Anne Holte is another popular Nordic Noir writer in Norway. Her Hanne Wilhelmsen series, started by Blind Goddess , took Norway by storm and led to her being named Minister of Justice a few years later. Karen Fossum and Gunnar Staalesen are two other Nordic Noir Writers who are widely read in Norway.

More Highbrow readers might like Karl Ove Knausgaard and Jon Fosse. Knausegaard is best known for his six volume autobiographical My Struggle. This  series has gotten rave reviews internationally for its brutally candid details of his family and friends. 

Jon Fosse is currently one of the most performed living playwrights in the world. In appreciation for his contribution to Norwegian culture, the government has given him an honorary residence next to the Royal Palace for the rest of his life.

Other contemporary Norwegian writers who have been translated include: Linn Ullmann, daughter of Liv Ullmann and Ingmar Bergman, novelist Jan Kjærstad and journalist Åsne Seierstad .

Monday, November 26, 2018

Travel Guide Books

There are plenty of guidebooks for travel to Norway and Scandinavia. Here’s an overview of some of the better ones that will be useful to either give you ideas before your trip or to assist you during your journey. 

Lonely planet  and Rough Guides are the two big names. Both are fairly comprehensive and are worth browsing through before your trip to give you ideas of where you might like to visit. Rough Guides tend to be stronger on culture while Lonely Planet has better maps and practical information. I would give the edge to traveling with Lonely Planet unless it’s an older edition.

Moon travel guides are not as popular or as glossy as the above two, but they have excellent straight forward information and are fairly comprehensive.  They make some unorthodox sightseeing recommendations, which is refreshing as most travel guidebooks tend cover the same sights.

Rick Steves guide books have a more focused approach than the others. Rick limits his coverage to those places he feels are central and he likes. He has a wide following of independent travelers in the mid price range. His walking tours are very well done. The maps and practical information are not as strong as Lonely Planet’s but this is a good choice if you are in sync with Rick’s travel philosophy.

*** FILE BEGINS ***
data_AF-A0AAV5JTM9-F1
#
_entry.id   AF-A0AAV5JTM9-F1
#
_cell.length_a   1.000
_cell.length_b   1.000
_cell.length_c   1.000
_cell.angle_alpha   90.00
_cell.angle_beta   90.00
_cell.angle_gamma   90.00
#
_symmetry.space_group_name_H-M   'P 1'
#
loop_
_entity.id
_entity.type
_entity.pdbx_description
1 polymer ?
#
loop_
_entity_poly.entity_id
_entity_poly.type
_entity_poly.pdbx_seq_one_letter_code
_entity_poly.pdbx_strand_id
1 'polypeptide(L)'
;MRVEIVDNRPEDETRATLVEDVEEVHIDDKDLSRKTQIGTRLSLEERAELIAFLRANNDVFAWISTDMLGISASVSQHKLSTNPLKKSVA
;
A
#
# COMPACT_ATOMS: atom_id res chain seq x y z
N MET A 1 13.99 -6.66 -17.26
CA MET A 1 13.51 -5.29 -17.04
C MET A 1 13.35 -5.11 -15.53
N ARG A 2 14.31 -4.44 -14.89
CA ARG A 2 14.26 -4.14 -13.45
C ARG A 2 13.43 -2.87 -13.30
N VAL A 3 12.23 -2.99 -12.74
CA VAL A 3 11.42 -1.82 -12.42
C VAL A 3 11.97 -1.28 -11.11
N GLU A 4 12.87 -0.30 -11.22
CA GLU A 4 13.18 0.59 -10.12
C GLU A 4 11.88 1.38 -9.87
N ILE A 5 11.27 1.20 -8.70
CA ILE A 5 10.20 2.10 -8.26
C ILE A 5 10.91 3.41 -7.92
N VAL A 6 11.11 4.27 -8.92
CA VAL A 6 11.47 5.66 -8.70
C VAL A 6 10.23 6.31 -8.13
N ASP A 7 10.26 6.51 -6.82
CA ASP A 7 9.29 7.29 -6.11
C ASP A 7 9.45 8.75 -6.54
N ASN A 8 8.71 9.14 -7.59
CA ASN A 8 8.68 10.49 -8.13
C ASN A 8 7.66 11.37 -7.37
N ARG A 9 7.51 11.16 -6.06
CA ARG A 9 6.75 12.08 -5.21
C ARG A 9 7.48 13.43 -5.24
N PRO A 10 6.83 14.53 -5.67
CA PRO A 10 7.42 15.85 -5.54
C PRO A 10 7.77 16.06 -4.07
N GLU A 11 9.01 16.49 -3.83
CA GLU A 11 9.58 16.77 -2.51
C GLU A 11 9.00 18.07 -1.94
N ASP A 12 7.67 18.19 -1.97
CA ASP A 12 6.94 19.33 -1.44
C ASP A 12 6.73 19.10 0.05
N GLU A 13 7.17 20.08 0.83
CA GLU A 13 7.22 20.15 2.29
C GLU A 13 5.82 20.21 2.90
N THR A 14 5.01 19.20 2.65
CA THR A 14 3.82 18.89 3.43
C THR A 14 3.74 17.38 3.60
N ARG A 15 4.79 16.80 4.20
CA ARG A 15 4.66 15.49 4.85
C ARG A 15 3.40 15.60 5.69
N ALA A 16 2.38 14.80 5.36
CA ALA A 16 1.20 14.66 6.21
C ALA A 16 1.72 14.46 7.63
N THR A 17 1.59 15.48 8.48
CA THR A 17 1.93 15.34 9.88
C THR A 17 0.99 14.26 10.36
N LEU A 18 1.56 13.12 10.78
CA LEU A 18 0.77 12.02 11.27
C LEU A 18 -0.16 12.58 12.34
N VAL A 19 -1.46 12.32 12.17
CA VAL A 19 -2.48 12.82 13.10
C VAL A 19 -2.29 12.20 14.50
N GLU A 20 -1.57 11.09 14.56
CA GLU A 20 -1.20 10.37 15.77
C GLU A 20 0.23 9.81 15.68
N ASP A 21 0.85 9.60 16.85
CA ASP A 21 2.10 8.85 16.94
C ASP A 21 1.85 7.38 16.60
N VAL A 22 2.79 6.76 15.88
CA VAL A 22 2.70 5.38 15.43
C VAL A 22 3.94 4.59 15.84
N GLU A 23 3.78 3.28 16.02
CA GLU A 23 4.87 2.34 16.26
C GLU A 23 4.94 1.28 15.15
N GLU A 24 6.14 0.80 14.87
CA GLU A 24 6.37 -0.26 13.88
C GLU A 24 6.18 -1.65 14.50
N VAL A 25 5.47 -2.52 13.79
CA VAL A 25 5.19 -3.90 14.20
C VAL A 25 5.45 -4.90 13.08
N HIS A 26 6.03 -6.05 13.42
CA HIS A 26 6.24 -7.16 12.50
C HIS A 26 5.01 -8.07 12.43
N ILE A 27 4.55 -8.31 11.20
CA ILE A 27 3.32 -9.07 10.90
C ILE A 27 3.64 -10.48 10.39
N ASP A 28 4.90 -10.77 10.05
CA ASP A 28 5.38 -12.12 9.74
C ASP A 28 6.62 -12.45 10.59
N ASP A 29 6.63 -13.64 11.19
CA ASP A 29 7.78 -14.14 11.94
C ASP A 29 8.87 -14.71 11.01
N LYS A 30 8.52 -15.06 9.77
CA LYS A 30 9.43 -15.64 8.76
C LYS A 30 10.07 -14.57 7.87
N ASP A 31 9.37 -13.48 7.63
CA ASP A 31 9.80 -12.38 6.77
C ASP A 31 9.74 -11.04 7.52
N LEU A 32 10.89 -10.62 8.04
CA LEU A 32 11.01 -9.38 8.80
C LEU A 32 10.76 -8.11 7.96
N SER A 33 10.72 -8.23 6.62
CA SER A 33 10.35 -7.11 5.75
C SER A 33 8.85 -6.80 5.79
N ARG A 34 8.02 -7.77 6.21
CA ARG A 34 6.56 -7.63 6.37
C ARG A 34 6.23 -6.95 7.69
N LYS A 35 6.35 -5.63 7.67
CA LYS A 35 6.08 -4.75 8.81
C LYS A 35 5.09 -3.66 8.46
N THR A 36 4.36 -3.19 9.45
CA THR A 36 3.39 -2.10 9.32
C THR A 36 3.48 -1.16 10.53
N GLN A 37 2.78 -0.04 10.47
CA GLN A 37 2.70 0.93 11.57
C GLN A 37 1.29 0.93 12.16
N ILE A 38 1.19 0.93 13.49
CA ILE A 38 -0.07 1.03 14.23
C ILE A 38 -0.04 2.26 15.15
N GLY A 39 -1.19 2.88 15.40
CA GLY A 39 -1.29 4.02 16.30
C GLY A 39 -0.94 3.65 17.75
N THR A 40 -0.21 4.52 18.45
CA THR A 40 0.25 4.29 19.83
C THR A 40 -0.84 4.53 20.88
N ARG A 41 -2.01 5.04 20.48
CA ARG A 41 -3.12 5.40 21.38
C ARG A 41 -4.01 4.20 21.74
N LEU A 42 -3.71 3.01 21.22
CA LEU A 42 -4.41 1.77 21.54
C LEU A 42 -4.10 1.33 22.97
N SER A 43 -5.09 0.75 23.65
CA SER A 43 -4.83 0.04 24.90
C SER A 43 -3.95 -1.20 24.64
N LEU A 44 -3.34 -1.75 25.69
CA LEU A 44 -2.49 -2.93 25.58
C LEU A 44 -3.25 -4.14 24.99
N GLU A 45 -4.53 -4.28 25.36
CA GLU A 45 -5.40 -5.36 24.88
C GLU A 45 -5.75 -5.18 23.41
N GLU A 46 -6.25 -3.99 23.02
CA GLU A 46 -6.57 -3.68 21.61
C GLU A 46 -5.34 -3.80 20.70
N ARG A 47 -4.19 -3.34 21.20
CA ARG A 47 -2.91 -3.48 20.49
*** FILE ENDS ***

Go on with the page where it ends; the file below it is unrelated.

Insight Guides have great pictures and inspiring text but are not good on practical information. So I would read these before your trip and not bring them with you.

DK Eyewitness travel guides have the best visual illustrations I’ve seen. They are great for dense urban areas packed with sights or navigating through a large museum. As much as I like them, I think they are better suited for a visit to London or Paris than travelling around Norway

If you can’t decide between two guidebooks, buy the one that is the most recent. Also be aware that there’s often a year between when books are researched and when they are published, so some information can be outdated.

You’re usually best off buying a Scandinavia guidebook if you’re combining your trip to Norway with a visit to Denmark and or Sweden. The Norway section in those books will be close to what you’ll find in a Norway only guidebook.

Sunday, July 1, 2018

The Little Mermaid and Fearless Girl in Oslo

Oslo has two well known sculpture parks, the Vigeland Park and the Ekeberg Park . Less known are two famous statues that can be found in Oslo: The Little Mermaid and the Fearless Girl.

The Fearless Girl gained international attention in 2017 when it was placed in juxtaposition to Wall Street's Charging Bull in NYC. Initially, it was only to be displayed for one week as part of an advertising campaign for an investment company, but for many it quickly became a symbol of the resiliency of women. The removal of that statute became a political issue and the current mayor of NYC wants it to stay. 

A replica of the Fearless Girl can now be seen in front of the Grand Hotel in downtown Oslo. She stands there mostly unnoticed.

The Little Mermaid has become the symbol of Copenhagen. But you can see exactly the same sculpture by the Folketeateret in Oslo (both are copies of the original). Granted the Copenhagen setting, placed on a rock in the harbor, is more dramatic, but you can touch the one in Oslo and there aren't hordes of tourists blocking your view.

Tuesday, May 1, 2018

Oslo 2020

Oslo has been going from strength to strength in recent years. In 2008, the  Oslo Opera House quickly became an icon for the city with it's sloping, marble clad roof that visitors can walk up. In 2012, the Renzo Piano designed Astrup Fearnley Museum  of contemporary art opened in Tjuvholmen, an old dockyard in Oslo's central harbor. And in 2013, an eclectic collection of statutes dispersed through a forest was given to the city to establish the  Ekeberg Sculpture Park .